Things to be thankful for outdoors

Happy Thanksgiving to all you outdoorswomen and men, even though the deer season was tough weather- and deer-wise. If you are not too tripped out on tryptophan, we will attempt to relate the reasons why we outdoor folks should be thankful for 2014.

Most important is that the Michigan legislature, in August, passed the Scientific Fish and Wildlife Conservation Act (SF&WCA). This gives the Natural Resources Commission (NRC) the ability to name game species, based on recommendations from DNR staff. It also provides $1 million for invasive aquatic species and gives free licenses for active duty military.

This scientific management is as it should be, with foresters, fish and wildlife biologists and ecologists making management recommendations, as these people have spent four to eight years studying their respective fields. They are very knowledgeable and chose resource management because of their love of the flora and fauna of Michigan. Together they meet to discuss and prescribe treatments on state lands, which benefit not only fish and game, but non-game species as well, from amphibians (frogs, salamanders, turtles, etc.) to warblers to endangered plant species. These meetings are open to the public.

Where do the dollars come from for this scientific management? Almost all of it comes from license dollars or the excise tax on the sale of hunting and fishing equipment. The excise tax, collected by the federal government, is redistributed back to the states, based on how many hunting and fishing licenses they sell. Very little comes from the state general fund, which is income, sales, etc. tax dollars.

Effective this year we saw an increase in our hunting, fishing, and trapping licenses. This was long overdue, as there had not been an increase in decades. This will allow more DNR staff to be hired and better the scientific management of our resources. Another thanks to our Governor and legislature for supporting resource management in Michigan.

On Nov. 4 we went to the voting booth, where there were two resource-related proposals. Prop 1 dealt with PA 520 of 2012, while Prop 2 was about PA 21 0f 2013. Both of these were referendums on whether these laws should be approved or repealed. A Yes vote would reaffirm the act, while a No vote was to repeal. Both of these proposals were brought forward by the Humane Society of the US, who ultimately wants to end all hunting, fishing and trapping nation-wide.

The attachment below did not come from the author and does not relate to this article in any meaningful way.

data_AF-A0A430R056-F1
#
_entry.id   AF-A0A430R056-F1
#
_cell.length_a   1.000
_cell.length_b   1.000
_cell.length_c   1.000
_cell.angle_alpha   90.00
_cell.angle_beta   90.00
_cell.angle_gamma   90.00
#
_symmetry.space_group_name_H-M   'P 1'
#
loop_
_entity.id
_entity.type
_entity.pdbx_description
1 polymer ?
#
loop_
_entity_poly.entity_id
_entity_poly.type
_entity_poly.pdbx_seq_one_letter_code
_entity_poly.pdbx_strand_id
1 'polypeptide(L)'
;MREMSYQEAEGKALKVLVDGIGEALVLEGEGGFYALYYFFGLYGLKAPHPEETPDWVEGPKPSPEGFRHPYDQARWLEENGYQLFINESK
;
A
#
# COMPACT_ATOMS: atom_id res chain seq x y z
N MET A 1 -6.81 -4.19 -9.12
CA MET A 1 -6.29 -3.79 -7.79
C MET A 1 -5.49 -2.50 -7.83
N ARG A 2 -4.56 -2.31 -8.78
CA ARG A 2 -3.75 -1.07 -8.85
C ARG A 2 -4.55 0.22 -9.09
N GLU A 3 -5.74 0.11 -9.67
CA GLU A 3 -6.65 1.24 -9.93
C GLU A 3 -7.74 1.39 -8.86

The No’s prevailed 55 percent to 45 percent on Prop 1. However, in the U.P., a whopping 72 percent of Yoopers voted Yes, which was in favor of science. Thank You Yoopers! Statewide, 64 percent of the counties voted YES, while almost half of the No votes came from the four southeast areas of Macomb, Oakland, Washtenaw, and Wayne County. Although the No’s prevailed on both proposals, the SF&WCA passed in August, replaces them.

The outdoor sports of hunting, fishing, and trapping are big business in Michigan. The U.S. Fish & Wildlife Service periodically conducts a national survey of these activities, with 2011 being the latest. This survey is available online and has state by state and national figures. In 2011 Michigan 1.7 million anglers spent 28.2 million days fishing, which resulted in $2.4 billion being spent or $39 per day. A total of 529,000 Michigan hunters spent more than 11 million days afield, spending $2.34 billion or $25 per day. Combined, that is almost $5 billion and is an annual expenditure. Big business indeed! Annually, the Lake Michigan fishery, between the four bordering states, is worth $7 billion.

Not to worry about our Copper Country and the Upper Peninsula you say? Not true, as there are several groups here that are anti-hunting, fishing, and trapping and routinely close their lands to these activities acquired with the assistance of local public donations. Ask before you donate.

We need to manage with science, not emotion and protect our heritage. Emotion is usually not founded in fact.

Go Fish!